Darker Than Amber : Travis McGee

  • by John D. MacDonald
  • Narrated by Robert Petkoff
  • Series: Travis McGee
  • 6 hrs and 40 mins
  • Unabridged Audiobook

Publisher's Summary

Travis McGee never shies away from damsels in distress. But this Eurasian beauty was different. When Travis and Meyer rescued her from the water, she had a block of cement wired to her feet, and she wasn't so much grateful as ready to snare them in a murder racket to end all murders.

More

What the Critics Say

"[T]he great entertainer of our age, and a mesmerizing storyteller." (Stephen King)
"[M]y favorite novelist of all time." (Dean Koontz)
"[W]hat a joy that these timeless and treasured novels are available again." (Ed McBain)

More

See More Like This

Customer Reviews

Most Helpful

At last, but hoping for a better Meyer

If you could sum up Darker Than Amber in three words, what would they be?

Meyer too gentile


What was one of the most memorable moments of Darker Than Amber?

Lots of Meyer love.


Have you listened to any of Robert Petkoff’s other performances before? How does this one compare?

I liked Petkoff's voice and reading style for McGee, somewhat understated which was nice. He didn't try and tough guy it up thank god.

However, I was a bit disappointed with Petkoff's take on Meyer. I love Meyer and I've had his voice in my head for a long time. MacDonald clearly wrote Meyer as a mensch. He's a retiree in Ft. Lauderdale for pete's sake. Petkoff doesn't capture that, way too gentile.


Did you have an extreme reaction to this book? Did it make you laugh or cry?

If you haven't read or listened to McGee, you're in for a treat. I've been waiting a long time for a good commercial production of the McGee novels.


Any additional comments?

I'm a hardcore McGee fan. My monitor background is a 1964 view of Bahia Mar where I can point out, to anyone who cares (i.e. no one) where slip F-18 is.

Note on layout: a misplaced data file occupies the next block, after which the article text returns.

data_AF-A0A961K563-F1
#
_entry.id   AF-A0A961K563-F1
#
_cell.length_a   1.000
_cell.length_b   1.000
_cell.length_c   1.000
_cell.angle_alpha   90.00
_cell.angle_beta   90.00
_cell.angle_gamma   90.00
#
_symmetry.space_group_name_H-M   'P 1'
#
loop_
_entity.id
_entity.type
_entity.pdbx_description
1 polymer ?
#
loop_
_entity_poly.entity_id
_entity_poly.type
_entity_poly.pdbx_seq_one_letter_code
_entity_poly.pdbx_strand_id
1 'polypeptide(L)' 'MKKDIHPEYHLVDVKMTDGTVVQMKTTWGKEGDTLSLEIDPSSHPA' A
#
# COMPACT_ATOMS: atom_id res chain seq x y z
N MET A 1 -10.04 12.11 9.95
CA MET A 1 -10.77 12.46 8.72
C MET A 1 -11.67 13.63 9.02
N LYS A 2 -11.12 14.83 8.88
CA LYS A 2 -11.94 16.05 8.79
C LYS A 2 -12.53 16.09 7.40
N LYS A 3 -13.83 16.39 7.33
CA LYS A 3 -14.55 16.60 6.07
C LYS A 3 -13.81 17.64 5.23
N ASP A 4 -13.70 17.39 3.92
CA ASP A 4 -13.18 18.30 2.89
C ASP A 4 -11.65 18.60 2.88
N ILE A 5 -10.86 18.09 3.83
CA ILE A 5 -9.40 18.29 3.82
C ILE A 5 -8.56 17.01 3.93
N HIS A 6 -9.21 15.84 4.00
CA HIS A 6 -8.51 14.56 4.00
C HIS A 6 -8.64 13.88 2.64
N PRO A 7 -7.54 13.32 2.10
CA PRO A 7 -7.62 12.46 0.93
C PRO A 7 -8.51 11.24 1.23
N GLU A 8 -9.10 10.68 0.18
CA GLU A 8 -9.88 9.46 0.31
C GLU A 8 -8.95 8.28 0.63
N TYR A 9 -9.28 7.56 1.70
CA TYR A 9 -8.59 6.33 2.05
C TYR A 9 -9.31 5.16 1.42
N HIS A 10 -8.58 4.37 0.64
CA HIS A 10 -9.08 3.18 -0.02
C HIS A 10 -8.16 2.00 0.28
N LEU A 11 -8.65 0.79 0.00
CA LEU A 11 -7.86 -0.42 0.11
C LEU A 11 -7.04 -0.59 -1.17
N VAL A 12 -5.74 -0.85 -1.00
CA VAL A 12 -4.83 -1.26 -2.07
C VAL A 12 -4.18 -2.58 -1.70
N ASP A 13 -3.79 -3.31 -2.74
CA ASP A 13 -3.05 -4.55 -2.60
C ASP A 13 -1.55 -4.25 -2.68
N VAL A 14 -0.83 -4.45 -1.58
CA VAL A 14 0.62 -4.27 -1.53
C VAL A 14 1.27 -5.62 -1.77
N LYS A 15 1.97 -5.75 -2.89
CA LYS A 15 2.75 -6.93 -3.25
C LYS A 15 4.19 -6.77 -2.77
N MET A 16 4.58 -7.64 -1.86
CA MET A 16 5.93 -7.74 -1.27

Read full review

- Anne

Novel doesn't drown, but doesn't quite swim.

“We were about to give up and call it a night when somebody threw the girl off the bridge.”
― John D. MacDonald, Darker Than Amber

A straight forward John D. MacDonald. If you can surrender to him calling one of the characters a "b!tch" with the same indulgent tenderness you give to a racist uncle or to Dire Straits when they use "f@ggot" in their song 'Money for Nothing', you will certainly survive a certain 60s to early 80s machismo/sexism thing that MacDonald carries throughout his McGee books (like a mild, itchy STD). This objectification and mild hostility, however, sometimes does distract from his clear prose, his fantastic dialogue, and intriguing plot.

This book starts with a woman thrown off a bridge and rescued by McGee and Meyer, his economist friend and drinking buddy. The rescue of a drowning damsel charts the direction of this book as McGee and Meyer engage their unique skill sets to revenge, salvage, and make the world safe again for all the bachelors of Florida.

The redeeming thing about these novels is McGee is an imperfect character similar to other great noir heroes (Spade, Marlowe, etc), but he also seems aware of his many faults and tends to take a fairly cynical view of the world he operates in. These novels explore and expose (intentionally and often unintentionally) many of the tropes and traps of the late 20th-century that made a generation grow up without a sense of honor, obligation, or outrage. Sometimes the world needs to be set straight by an angry, yet romantic bachelor on a boat fighting for nobel causes in between stints of drinking on his boat.
Read full review

- Darwin8u "I write for myself, for my own pleasure. And I want to be left alone to do it. - Salinger ^(;,;)^"

Book Details

  • Release Date: 03-13-2012
  • Publisher: Audible Studios